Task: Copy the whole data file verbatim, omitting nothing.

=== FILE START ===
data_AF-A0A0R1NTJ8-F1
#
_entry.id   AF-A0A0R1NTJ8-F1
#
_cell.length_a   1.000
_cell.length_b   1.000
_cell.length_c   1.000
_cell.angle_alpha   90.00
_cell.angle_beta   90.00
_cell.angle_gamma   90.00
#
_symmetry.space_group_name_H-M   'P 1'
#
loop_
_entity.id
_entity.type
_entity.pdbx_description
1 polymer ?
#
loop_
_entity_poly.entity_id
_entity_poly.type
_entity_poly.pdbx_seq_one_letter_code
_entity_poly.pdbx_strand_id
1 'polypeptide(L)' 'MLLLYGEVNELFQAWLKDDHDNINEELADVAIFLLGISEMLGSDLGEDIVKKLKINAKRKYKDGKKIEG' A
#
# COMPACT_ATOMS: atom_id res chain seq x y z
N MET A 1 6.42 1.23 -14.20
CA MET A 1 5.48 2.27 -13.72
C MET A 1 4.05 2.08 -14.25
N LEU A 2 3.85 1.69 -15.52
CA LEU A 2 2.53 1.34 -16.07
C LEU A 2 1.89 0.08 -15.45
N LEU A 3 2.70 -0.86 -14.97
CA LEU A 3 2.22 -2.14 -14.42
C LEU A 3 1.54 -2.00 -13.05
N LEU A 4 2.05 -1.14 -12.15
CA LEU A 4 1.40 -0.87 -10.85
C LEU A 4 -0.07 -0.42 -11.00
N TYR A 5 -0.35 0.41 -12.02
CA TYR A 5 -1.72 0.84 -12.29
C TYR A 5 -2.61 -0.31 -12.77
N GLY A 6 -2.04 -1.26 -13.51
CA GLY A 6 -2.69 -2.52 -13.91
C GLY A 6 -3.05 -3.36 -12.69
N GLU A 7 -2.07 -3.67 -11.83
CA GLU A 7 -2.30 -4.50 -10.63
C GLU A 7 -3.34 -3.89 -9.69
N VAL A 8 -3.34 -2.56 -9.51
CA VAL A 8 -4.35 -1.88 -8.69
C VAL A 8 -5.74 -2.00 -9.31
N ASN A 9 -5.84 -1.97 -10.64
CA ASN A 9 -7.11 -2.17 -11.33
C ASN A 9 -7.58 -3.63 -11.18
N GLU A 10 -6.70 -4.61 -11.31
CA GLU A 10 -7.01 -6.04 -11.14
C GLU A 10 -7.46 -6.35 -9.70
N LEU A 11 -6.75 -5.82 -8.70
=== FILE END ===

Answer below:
data_AF-A0A0R1NTJ8-F1
#
_entry.id   AF-A0A0R1NTJ8-F1
#
_cell.length_a   1.000
_cell.length_b   1.000
_cell.length_c   1.000
_cell.angle_alpha   90.00
_cell.angle_beta   90.00
_cell.angle_gamma   90.00
#
_symmetry.space_group_name_H-M   'P 1'
#
loop_
_entity.id
_entity.type
_entity.pdbx_description
1 polymer ?
#
loop_
_entity_poly.entity_id
_entity_poly.type
_entity_poly.pdbx_seq_one_letter_code
_entity_poly.pdbx_strand_id
1 'polypeptide(L)' 'MLLLYGEVNELFQAWLKDDHDNINEELADVAIFLLGISEMLGSDLGEDIVKKLKINAKRKYKDGKKIEG' A
#
# COMPACT_ATOMS: atom_id res chain seq x y z
N MET A 1 6.42 1.23 -14.20
CA MET A 1 5.48 2.27 -13.72
C MET A 1 4.05 2.08 -14.25
N LEU A 2 3.85 1.69 -15.52
CA LEU A 2 2.53 1.34 -16.07
C LEU A 2 1.89 0.08 -15.45
N LEU A 3 2.70 -0.86 -14.97
CA LEU A 3 2.22 -2.14 -14.42
C LEU A 3 1.54 -2.00 -13.05
N LEU A 4 2.05 -1.14 -12.15
CA LEU A 4 1.40 -0.87 -10.85
C LEU A 4 -0.07 -0.42 -11.00
N TYR A 5 -0.35 0.41 -12.02
CA TYR A 5 -1.72 0.84 -12.29
C TYR A 5 -2.61 -0.31 -12.77
N GLY A 6 -2.04 -1.26 -13.51
CA GLY A 6 -2.69 -2.52 -13.91
C GLY A 6 -3.05 -3.36 -12.69
N GLU A 7 -2.07 -3.67 -11.83
CA GLU A 7 -2.30 -4.50 -10.63
C GLU A 7 -3.34 -3.89 -9.69
N VAL A 8 -3.34 -2.56 -9.51
CA VAL A 8 -4.35 -1.88 -8.69
C VAL A 8 -5.74 -2.00 -9.31
N ASN A 9 -5.84 -1.97 -10.64
CA ASN A 9 -7.11 -2.17 -11.33
C ASN A 9 -7.58 -3.63 -11.18
N GLU A 10 -6.70 -4.61 -11.31
CA GLU A 10 -7.01 -6.04 -11.14
C GLU A 10 -7.46 -6.35 -9.70
N LEU A 11 -6.75 -5.82 -8.70